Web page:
2. You may also file a complaint if you received a call that used a recorded message instead of a live person (whether or not your number was on the Registry).

    Reminder: Even if your number is registered, some organizations may still call you, such as charities, political organizations, and telephone surveyors. For a full description of who may still call you, please consult our Consumer FAQs.

    Debt collectors may also continue to call you whether your number is on the Registry or not.

September 17, 2015

Solid Finances Webinars begin October 7, 2015

Jointly sponsored by South Dakota State University Extension, University of Idaho Extension and Montana State University Extension, the 2015-2016 Solid Finances schedule will consist of 18 sessions, with the first session on October 7th.  The first 12 sessions will focus on issues for residents of all states. The final six sessions will focus on issues specific to participants from these three states.  Solid Finances will feature 10 different presenters sharing their expertise and answering your questions.
October 7: Saving Money & Finding Spending Leaks
Oct. 14 & 21: Home Buying and Emergency Savings. (2 sessions)
Oct. 28: Financial Records Organization: Preparing for Emergencies & Disasters.
Retirement Planning will be the focus of several sessions in December.  For a complete schedule visit:
All webinars are recorded; past sessions are available at:

8 Phone Scams to Watch Out For

"Scammers target millions of Americans every year via robo dialers and many people fall victim as they are threatened with arrest warrants or guaranteed free vacations. One of the most infamous phone scams, the IRS scam, has stolen over $14 million collectively since October 2013 and it's on the rise."
1. Free Vacations and Prizes
2. Phishing Scams
3. Loan Scams
4. Phony Debt Collectors
5. Fake Charities
6. Medical Alert/Scams Targeting Seniors
 7. Warrant Threats (for arrest)
8. IRS Calls
Read the details to protect yourself, your family and friends:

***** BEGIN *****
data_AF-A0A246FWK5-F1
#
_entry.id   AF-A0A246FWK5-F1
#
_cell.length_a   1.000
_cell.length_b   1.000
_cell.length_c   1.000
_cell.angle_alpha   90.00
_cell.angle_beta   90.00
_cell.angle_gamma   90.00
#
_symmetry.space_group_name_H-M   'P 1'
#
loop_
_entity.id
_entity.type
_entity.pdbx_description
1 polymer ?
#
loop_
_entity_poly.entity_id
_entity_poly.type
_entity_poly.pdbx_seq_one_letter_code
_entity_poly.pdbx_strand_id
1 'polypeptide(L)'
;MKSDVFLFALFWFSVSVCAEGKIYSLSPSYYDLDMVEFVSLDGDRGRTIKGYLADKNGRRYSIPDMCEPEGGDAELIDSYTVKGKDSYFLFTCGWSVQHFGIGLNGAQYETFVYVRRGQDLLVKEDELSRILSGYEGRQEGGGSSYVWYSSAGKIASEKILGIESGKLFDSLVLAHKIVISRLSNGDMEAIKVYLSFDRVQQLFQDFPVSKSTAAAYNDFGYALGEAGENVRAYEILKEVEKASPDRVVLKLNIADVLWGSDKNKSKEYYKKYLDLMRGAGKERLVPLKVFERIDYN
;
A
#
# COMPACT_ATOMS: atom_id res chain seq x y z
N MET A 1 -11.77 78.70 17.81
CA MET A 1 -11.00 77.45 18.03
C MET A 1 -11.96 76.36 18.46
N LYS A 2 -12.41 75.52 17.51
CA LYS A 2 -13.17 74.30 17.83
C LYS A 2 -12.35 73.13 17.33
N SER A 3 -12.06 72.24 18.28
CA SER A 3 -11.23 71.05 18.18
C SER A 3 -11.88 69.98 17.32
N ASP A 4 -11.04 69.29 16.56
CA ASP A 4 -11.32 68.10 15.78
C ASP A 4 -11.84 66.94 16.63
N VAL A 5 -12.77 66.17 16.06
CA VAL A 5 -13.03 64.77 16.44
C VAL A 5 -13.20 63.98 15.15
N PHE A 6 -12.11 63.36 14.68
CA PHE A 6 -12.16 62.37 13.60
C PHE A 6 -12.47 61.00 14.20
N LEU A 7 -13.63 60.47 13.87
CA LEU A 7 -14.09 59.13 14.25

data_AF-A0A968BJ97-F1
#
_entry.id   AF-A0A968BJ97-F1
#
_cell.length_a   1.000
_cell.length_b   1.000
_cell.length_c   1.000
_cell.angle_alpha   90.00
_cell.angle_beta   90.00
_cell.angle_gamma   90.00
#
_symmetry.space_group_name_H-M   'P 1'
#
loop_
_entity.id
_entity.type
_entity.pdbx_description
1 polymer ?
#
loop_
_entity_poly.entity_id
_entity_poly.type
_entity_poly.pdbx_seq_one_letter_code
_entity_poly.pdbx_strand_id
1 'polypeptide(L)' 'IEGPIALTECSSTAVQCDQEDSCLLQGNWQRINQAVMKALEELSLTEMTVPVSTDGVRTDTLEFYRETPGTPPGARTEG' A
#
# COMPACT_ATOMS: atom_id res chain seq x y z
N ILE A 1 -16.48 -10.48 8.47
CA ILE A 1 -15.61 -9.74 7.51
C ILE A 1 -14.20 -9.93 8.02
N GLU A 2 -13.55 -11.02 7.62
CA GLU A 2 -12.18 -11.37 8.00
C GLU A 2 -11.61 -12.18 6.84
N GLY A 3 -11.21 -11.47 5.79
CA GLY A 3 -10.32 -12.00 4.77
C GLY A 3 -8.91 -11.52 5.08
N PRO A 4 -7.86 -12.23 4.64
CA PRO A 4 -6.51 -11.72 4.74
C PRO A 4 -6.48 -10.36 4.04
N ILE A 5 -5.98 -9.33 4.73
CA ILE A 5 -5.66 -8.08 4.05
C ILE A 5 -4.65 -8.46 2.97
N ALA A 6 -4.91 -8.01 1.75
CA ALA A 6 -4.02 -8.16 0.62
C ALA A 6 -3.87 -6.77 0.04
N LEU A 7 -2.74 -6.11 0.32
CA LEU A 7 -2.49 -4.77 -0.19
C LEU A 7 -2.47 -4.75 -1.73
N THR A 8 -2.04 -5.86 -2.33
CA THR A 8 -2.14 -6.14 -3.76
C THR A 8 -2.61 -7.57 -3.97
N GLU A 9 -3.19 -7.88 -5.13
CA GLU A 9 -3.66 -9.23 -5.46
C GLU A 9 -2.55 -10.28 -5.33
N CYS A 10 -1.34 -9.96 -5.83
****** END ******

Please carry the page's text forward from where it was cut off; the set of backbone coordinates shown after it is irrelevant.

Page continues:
September 10, 2015

Why you should give your kids an allowance

According to my favorite blog, Squared Away, allowances help kids learn to manage their money. Recent research reports: "Kids between ages 8 and 14 who get an allowance were two times more likely to feel knowledgeable about managing their money than kids who do not – 32 percent versus 16 percent – according to a survey of 1,000 parents and 881 children by T. Rowe Price.  The kids with allowances also feel they know more about credit, student loans, and other financial matters." Read more at:

September 8, 2015

Avoiding Elder Abuse

"Over 3.2 million adults living in nursing homes and other long term care facilities in the U.S. As many as 40 percent of all adults will enter a nursing home at some point during their lives and as the U.S. population ages, the number of nursing home residents is expected to grow. Many of these elders are well-cared for but many may be the victims of abuse.
Elder abuse, particularly when it involves a patient in a residential care facility, can be difficult to detect and for every reported case of abuse, more than five cases may go unreported.
Nursing home abuse is a serious concern and seniors who have been abused have a 300 percent greater chance of death in the 3 years following the abuse than those who aren’t abused. Up to 1 in 6 nursing home residents may be the victim of abuse or neglect every year."
Learn more at:
The Utah Division of Aging and Adult Services offers Long-Term Care Ombudsman services, INfo on Legal Services, and much more at:

August 23, 2015

Pay extra on student loans

The Squared Away blog has a good resource to show the benefit of paying extra on student loan debt. "Paying down debt is just another form of saving, and larger loan payments significantly shorten the time it takes to pay it off, while reducing the total interest paid." For example: "Paying $96.66 per month on a $5,000 student loan with 6 percent interest eliminates it in five years. An extra $50 every month – a couple of nights out – knocks two years off the payment time." Learn more at: